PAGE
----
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Walking Trails

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  • Report a Problem

    Notice damaged sidewalks, missing street signs, broken streetlights or trail maintenance issues? Submit a report to the District Department of Transportation.

  • Know Your Rights

    DC has unique pedestrian laws. Before you hit the streets, familiarize yourself with walking rules and etiquette. Learn more.

  • Find a Trail

    Whether you’re looking for a short, easy walking path or a long hike, DC has a handful of trails to choose from. Visit the Rails-to-Trails Conservancy site for trail descriptions, maps, photos and reviews.


Walking Benefits:

  • Improved Health
    Just 30 minutes of walking per day can reduce the risk of heart disease, high blood pressure, obesity, diabetes and depression.
  • It’s Good for the Economy
    Walking isn’t just free; it’s good for business. DC’s most successful commercial streets have the highest numbers of people walking on them.
  • Meeting People in the Community
    Walking helps you get familiar with a neighborhood and increases the likelihood of meeting your neighbors.
  • It’s Good for the Environment
    Walking is emissions free and doesn’t produce greenhouse gases. Trails and sidewalks are also an efficient use of limited land.
  • Improved Performance at Work
    Walking, as a form of aerobic exercise, improves time and workload management, helping you feel motivated and more prepared to deal with stress.

Safety Best Practices:

  • Cross the street at marked crosswalks and intersections.
    Remember, jaywalking is illegal and unsafe.
  • Obey all traffic signs and signals.
    Use pedestrian pushbuttons and begin crossing the street on the “Walk” signal. If there aren’t any pedestrian crossing lights, wait until it is safe to cross. Bear in mind that cyclists have the right-of-way.
  • Look both ways before crossing.
    Always check that the intersection is clear and that drivers and cyclists see you before stepping onto the crosswalk or road. Make eye contact and wait for cars to stop.
  • Watch for drivers making unexpected moves.
    Assume drivers can’t see you. Even cars that appear to be slowing down may not stop. Watch out for trucks and buses backing out of parking spaces and driveways.
  • Stay visible.
    Make yourself visible by wearing bright or reflective clothing. Consider carrying a flashlight or blinking light at night.
  • Be aware of your surroundings.
    Remove your headphones and put away distracting devices when crossing the street.
  • Be bike-friendly.
    Avoid blocking, standing or walking in dedicated bike lanes. Keep in mind, bicyclists have the right-of-way and always ride with traffic.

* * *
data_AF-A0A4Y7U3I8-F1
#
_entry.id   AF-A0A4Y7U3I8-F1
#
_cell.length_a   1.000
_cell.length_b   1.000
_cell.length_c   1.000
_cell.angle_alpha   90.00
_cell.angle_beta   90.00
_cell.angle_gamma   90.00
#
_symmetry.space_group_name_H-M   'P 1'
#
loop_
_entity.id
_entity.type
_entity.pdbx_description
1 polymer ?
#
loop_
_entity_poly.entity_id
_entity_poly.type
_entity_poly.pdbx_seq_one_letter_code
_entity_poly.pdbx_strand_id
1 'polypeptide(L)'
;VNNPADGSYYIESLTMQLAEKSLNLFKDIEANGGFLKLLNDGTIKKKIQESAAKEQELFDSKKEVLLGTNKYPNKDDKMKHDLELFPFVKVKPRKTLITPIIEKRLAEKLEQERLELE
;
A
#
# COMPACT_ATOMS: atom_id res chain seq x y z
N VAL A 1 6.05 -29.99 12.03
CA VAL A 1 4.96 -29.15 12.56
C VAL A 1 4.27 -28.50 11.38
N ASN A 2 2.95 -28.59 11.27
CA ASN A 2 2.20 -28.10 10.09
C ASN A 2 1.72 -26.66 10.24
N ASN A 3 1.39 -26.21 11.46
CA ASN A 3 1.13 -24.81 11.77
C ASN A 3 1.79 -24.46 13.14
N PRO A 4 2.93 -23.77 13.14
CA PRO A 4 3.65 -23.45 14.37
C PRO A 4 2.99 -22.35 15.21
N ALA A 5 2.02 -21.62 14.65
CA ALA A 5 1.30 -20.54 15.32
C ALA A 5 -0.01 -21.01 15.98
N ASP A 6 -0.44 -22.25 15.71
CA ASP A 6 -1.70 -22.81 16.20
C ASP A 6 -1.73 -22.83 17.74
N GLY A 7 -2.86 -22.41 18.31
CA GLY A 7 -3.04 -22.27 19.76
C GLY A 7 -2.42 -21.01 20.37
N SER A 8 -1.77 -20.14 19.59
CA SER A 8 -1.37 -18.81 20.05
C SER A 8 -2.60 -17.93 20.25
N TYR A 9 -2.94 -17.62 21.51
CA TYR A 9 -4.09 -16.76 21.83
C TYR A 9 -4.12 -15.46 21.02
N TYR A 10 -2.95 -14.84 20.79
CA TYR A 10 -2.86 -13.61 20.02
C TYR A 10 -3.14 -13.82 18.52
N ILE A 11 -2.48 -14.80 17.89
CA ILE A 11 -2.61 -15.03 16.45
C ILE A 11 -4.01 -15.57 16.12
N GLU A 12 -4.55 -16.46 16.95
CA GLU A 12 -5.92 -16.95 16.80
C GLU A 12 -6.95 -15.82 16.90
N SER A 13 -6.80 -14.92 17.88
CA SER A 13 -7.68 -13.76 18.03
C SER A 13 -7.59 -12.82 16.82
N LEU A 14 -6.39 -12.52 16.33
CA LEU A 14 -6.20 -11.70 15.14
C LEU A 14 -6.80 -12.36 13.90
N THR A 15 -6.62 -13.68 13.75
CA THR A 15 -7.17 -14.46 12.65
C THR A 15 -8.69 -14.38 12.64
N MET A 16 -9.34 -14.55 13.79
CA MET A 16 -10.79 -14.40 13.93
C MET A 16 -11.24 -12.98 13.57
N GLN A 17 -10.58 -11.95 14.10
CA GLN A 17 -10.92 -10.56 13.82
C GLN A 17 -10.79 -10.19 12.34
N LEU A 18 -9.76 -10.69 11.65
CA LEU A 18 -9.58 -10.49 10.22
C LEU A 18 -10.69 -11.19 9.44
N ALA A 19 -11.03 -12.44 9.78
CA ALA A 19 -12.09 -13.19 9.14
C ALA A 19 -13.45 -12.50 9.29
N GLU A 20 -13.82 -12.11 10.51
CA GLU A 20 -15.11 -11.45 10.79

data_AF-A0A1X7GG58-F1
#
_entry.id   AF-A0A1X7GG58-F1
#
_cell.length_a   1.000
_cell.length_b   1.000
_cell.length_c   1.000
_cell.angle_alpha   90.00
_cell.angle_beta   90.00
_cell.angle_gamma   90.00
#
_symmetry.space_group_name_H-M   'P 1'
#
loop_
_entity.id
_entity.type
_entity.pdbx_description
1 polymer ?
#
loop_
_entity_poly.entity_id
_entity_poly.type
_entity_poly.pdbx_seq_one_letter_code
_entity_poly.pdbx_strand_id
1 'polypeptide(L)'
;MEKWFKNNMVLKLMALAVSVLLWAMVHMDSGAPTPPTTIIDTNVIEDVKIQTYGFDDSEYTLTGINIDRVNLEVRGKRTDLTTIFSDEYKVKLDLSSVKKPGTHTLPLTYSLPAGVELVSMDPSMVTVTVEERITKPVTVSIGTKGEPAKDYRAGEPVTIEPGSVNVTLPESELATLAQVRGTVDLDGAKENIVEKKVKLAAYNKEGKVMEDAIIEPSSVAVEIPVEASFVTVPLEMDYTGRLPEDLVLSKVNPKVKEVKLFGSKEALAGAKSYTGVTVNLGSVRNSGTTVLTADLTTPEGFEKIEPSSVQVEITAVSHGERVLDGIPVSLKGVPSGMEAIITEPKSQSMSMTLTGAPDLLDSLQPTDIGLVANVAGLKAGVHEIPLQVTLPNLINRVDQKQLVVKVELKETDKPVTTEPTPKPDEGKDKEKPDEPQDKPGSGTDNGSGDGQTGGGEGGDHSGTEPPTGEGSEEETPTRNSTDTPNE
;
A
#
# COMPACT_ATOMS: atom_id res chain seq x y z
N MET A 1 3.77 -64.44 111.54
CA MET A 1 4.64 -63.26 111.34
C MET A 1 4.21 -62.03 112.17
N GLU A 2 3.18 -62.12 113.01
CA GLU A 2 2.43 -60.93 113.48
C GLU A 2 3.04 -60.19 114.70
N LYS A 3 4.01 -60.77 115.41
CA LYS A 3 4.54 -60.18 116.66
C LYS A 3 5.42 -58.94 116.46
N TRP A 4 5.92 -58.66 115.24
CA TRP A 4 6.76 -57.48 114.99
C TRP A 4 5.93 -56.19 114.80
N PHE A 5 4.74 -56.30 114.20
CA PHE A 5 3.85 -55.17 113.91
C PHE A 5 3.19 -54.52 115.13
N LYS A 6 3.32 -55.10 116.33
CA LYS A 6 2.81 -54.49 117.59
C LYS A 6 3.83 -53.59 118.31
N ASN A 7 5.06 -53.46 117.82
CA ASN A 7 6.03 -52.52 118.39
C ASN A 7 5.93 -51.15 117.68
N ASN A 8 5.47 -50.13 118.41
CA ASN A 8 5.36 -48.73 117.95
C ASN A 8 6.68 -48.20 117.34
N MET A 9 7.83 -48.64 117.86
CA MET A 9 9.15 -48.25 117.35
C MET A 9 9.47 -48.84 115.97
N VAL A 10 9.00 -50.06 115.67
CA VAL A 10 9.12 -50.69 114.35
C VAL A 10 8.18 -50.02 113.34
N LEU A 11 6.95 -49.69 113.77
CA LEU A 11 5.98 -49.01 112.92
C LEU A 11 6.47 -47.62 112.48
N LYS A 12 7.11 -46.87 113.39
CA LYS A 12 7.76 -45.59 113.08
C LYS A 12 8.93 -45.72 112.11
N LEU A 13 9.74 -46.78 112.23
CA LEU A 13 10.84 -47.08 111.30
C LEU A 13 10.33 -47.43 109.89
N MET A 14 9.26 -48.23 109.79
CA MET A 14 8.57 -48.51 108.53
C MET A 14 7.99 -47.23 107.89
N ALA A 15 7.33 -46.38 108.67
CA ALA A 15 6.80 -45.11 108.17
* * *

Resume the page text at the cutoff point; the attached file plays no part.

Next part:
Washington, DC is designated as a Gold-level Walk-friendly Community due to its high transit and walking mode share, and exceptional planning and engineering. DDOT continually undertakes infrastructure projects that make moving around the city safe and convenient, including installing sidewalks, crosswalks, and crossing signals.

Learn more about DDOT’s Pedestrian Master Plan

Every trip begins and ends with a walk. Increasing walking for any type of trip has the potential to reduce traffic congestion, add to the city’s livability and improve the environment and public health. moveDC is DDOT’s long-term transportation plan and contains recommendations to improve the pedestrian experience – better crosswalks, more sidewalks, and safer streets.

image01The walking pedestrian light signals that it’s safe to cross the street.

The time remaining may appear next to the signal. When you see the flashing hand and countdown, it’s too late to begin crossing. Wait until the next walking pedestrian light.

The steady hand means don’t cross and wait until the next walking pedestrian light.

The HAWK is a signal-beacon with an activated push-button, designed to help pedestrians safely cross busy streets. HAWK-hybrid pedestrian signals have four sequences:

  1. Blank signals upon activation with Steady Don’t Walk
  2. Flashing yellow signals upon activation with Steady Don’t Walk
  3. Solid RED with Steady Don’t Walk
  4. Alternating Red with Steady Don’t Walk

image02An RRFB is a high-intensity LED flasher activated by a pedestrian movement that supplements warning signs at unsignalized intersections or mid-block crosswalks. RRFB’s are designed to alert drivers that pedestrians are in the crosswalk.

I travel by foot because

See what others are saying #walkDC


  • Metrorail Walking Map PNG 1.89mb
  • Pedestrian Network Map PDF 10.09mb
  • National Mall Walking Tour PDF 1.59mb
  • A robust, interactive transit map that shows metropolitan DC’s complete network of paths, trails and more

  • Walk Score

    Available on:   iOS Android

    Walk Score rates neighborhoods based on the ease of walking to shops, restaurants and other…

  • The Pocket Guide to Transportation is a compilation of statistics that provides key info for the U.S. transportation system…

  • Find fitness at your own pace – Plan, track, study and share your journey with Under Armour’s MapMyWalk


Take a stroll through DC history when you follow one of Cultural Tourism DC’s self-guided Neighborhood Heritage Trails. Follow the trail signs at your own pace, sampling neighborhood character, businesses and restaurants along the way.

Plan your next walking adventure with our transit map.




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The easiest way to walk more is to make walking a habit. Think of ways to include walking into your daily routine. Strike up a friendly competition with colleagues and friends to see who can get those most steps in each day.

We provide step-by-step instructions on how to kick-start your walk challenge.

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